-Michael J. Ruhland    

Thursday, July 26, 2018

Movie Review: Teen Titans Go! to the Movies

Review Written by Michael J. Ruhland

Michael's Movie Grade: A-

Review: Teen Titans Go! makes a shockingly good transition to feature length. This film not only retains the charm of the show, but improves upon it heavily.

The show has given me moments that made me laugh out loud, but this movie had me laughing consistently throughout. The humor of this movie ranges from very clever satire of superhero movies to immature poop and fart jokes. The two mesh perfectly though because the immature humor comes naturally out of the Titan's immature personalities, while the satire is woven into the actual story. Even though I knew the show's humor is not as devoid of wit in the way so many of its detractors feel, I still didn't except the clever humor to be this clever. There is no superhero troupe that is not made fun of here. Each joke about these troupes is so funny because they all ring perfectly true. The film also makes fun of the very essence of DC's most popular characters. Two scenes involving Batman's origin story were unbelievably funny and perfect examples of dark humor at its best. The movie even makes fun of the show that inspired it. Though the show has used some of the complaints lodged against it for humor, those episodes always ended up being some of the show's weakest. However this movie surprised me by using these complaints for humor that was actually really funny.

The storyline itself in many ways feels like a Saturday morning cartoon. Usually this is a bad sign for animated movies, because when this happens more often than not the film feels padded to reach feature length. However this movie feels just the right length to tell the story and the time just breezes by.

This film will upset many fans of the 2003-2006 show for portraying the characters in such a different light. I will admit though I don't have the same fondness for that show many others have (I mean I think its a good show, but I like many superhero cartoons more), so none of those complaints ring true for me. This movie is a comedy and it made me laugh all the way through and I am very satisfied with that.

But don't go away we have a short to talk about.

The Late Batsby

Michael's Movie Grade: D

This short film is really a brief sneak peak at Lauren Faust's new TV show, DC Super Hero Girls. However this short does not really make me want to see the show. However it is so brief I don't know how much this will determine if I like the show. However here, the humor feels forced, the story uninteresting, the designs not standing out and these versions of the characters, not being the most engaging. This film was too brief and inconsequential, as to leave me with nothing else to say, but I was not a fan.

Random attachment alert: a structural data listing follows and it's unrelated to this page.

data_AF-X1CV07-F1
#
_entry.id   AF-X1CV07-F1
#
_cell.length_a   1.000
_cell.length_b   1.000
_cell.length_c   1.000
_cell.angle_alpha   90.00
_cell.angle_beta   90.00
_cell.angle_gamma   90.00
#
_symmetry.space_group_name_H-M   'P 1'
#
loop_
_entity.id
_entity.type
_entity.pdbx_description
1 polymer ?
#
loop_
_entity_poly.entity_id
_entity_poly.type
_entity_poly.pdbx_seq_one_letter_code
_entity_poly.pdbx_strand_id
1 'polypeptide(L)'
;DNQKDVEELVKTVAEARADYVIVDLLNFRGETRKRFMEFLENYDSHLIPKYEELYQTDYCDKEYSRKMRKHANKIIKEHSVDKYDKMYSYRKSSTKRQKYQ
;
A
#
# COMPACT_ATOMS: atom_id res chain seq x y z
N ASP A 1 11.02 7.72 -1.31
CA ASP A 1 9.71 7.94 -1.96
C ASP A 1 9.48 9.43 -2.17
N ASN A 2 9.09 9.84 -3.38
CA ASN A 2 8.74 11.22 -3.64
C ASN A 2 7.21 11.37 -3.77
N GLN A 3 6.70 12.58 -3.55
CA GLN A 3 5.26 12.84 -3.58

-Michael J. Ruhland      

Monday, July 23, 2018

Movie Review: Sorry to Bother You

Review Written By Michael J. Ruhland

Michael's Movie Grade: A-

Review: A highly intelligent and very funny satire, that's message really packs a strong punch.

This movie starts out as a fairly straightforward satire of race relations and the negative aspects of capitalism. These scenes while more conventional than what would come later, are still very good. The humor is really funny, and there are plenty of times I laughed out loud, especially at the opening. Even in these scenes though, the film makes its serious points. Both of these are seen in the "white voice." This is when Cassius (Lakeith Stansfield) uses a voice to sound like a white guy in order to make his job as a telemarketer more successful. This voice is actually provided by David Cross, and Stansfield simply mouths along. This is both really funny (and it is used to good effect in some great jokes) and quite unnerving. The effect never feels real as the lip-sync doesn't always full match what is being said. This is definitely done on purpose. It gives us a feeling of dishonesty. Cassius is betraying who he is to make money. While he is figuratively selling his soul at this and other times in the movie, the film never asks us to condemn him for it. He lives in a capitalistic society and badly needs money. He is desperate and feels he needs to do this. This is something many of us can easily relate to. It helps us also fully connect with the film as it becomes more surreal. This change is rather abrupt, and can alienate some people from the movie. However to me that's what makes it work. Though I won't go into much detail about what happens to Cassius after the "white voice" (trust me you will not see much of this coming), the world around him becomes more surreal and we are whisked into this world as suddenly as our hero is, and we are figuring things out at the same time he does. This fully puts us in the character's shoes as we are just as shocked by the plot twists as he is. Much of the imagery later in this film becomes much more stranger and at times even Fellini-esque (the scene with his girlfriend's (Tessa Thompson) performance especially stands out).